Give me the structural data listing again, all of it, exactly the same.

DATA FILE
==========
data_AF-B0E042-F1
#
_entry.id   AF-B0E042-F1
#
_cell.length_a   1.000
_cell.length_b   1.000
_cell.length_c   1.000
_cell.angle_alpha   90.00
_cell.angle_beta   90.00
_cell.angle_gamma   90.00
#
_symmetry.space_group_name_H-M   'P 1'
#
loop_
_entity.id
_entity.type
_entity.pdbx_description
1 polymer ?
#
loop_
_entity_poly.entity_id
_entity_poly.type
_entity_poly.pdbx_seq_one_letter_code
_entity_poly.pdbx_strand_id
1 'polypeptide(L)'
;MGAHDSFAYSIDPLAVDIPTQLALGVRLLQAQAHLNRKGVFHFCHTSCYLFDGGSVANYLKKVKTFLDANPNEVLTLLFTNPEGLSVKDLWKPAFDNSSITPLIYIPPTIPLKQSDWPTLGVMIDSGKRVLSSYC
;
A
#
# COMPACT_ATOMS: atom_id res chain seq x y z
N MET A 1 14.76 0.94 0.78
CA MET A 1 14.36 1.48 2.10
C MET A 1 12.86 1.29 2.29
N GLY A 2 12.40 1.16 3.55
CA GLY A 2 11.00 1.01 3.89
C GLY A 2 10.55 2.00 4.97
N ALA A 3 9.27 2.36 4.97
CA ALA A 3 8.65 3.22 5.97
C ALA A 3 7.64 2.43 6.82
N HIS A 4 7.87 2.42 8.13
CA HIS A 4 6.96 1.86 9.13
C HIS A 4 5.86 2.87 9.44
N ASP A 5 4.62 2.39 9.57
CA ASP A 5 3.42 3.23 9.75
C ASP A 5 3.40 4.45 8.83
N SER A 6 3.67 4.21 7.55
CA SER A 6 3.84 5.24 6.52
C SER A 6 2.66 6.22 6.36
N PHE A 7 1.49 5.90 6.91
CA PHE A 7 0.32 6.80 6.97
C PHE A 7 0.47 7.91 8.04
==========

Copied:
data_AF-B0E042-F1
#
_entry.id   AF-B0E042-F1
#
_cell.length_a   1.000
_cell.length_b   1.000
_cell.length_c   1.000
_cell.angle_alpha   90.00
_cell.angle_beta   90.00
_cell.angle_gamma   90.00
#
_symmetry.space_group_name_H-M   'P 1'
#
loop_
_entity.id
_entity.type
_entity.pdbx_description
1 polymer ?
#
loop_
_entity_poly.entity_id
_entity_poly.type
_entity_poly.pdbx_seq_one_letter_code
_entity_poly.pdbx_strand_id
1 'polypeptide(L)'
;MGAHDSFAYSIDPLAVDIPTQLALGVRLLQAQAHLNRKGVFHFCHTSCYLFDGGSVANYLKKVKTFLDANPNEVLTLLFTNPEGLSVKDLWKPAFDNSSITPLIYIPPTIPLKQSDWPTLGVMIDSGKRVLSSYC
;
A
#
# COMPACT_ATOMS: atom_id res chain seq x y z
N MET A 1 14.76 0.94 0.78
CA MET A 1 14.36 1.48 2.10
C MET A 1 12.86 1.29 2.29
N GLY A 2 12.40 1.16 3.55
CA GLY A 2 11.00 1.01 3.89
C GLY A 2 10.55 2.00 4.97
N ALA A 3 9.27 2.36 4.97
CA ALA A 3 8.65 3.22 5.97
C ALA A 3 7.64 2.43 6.82
N HIS A 4 7.87 2.42 8.13
CA HIS A 4 6.96 1.86 9.13
C HIS A 4 5.86 2.87 9.44
N ASP A 5 4.62 2.39 9.57
CA ASP A 5 3.42 3.23 9.75
C ASP A 5 3.40 4.45 8.83
N SER A 6 3.67 4.21 7.55
CA SER A 6 3.84 5.24 6.52
C SER A 6 2.66 6.22 6.36
N PHE A 7 1.49 5.90 6.91
CA PHE A 7 0.32 6.80 6.97
C PHE A 7 0.47 7.91 8.04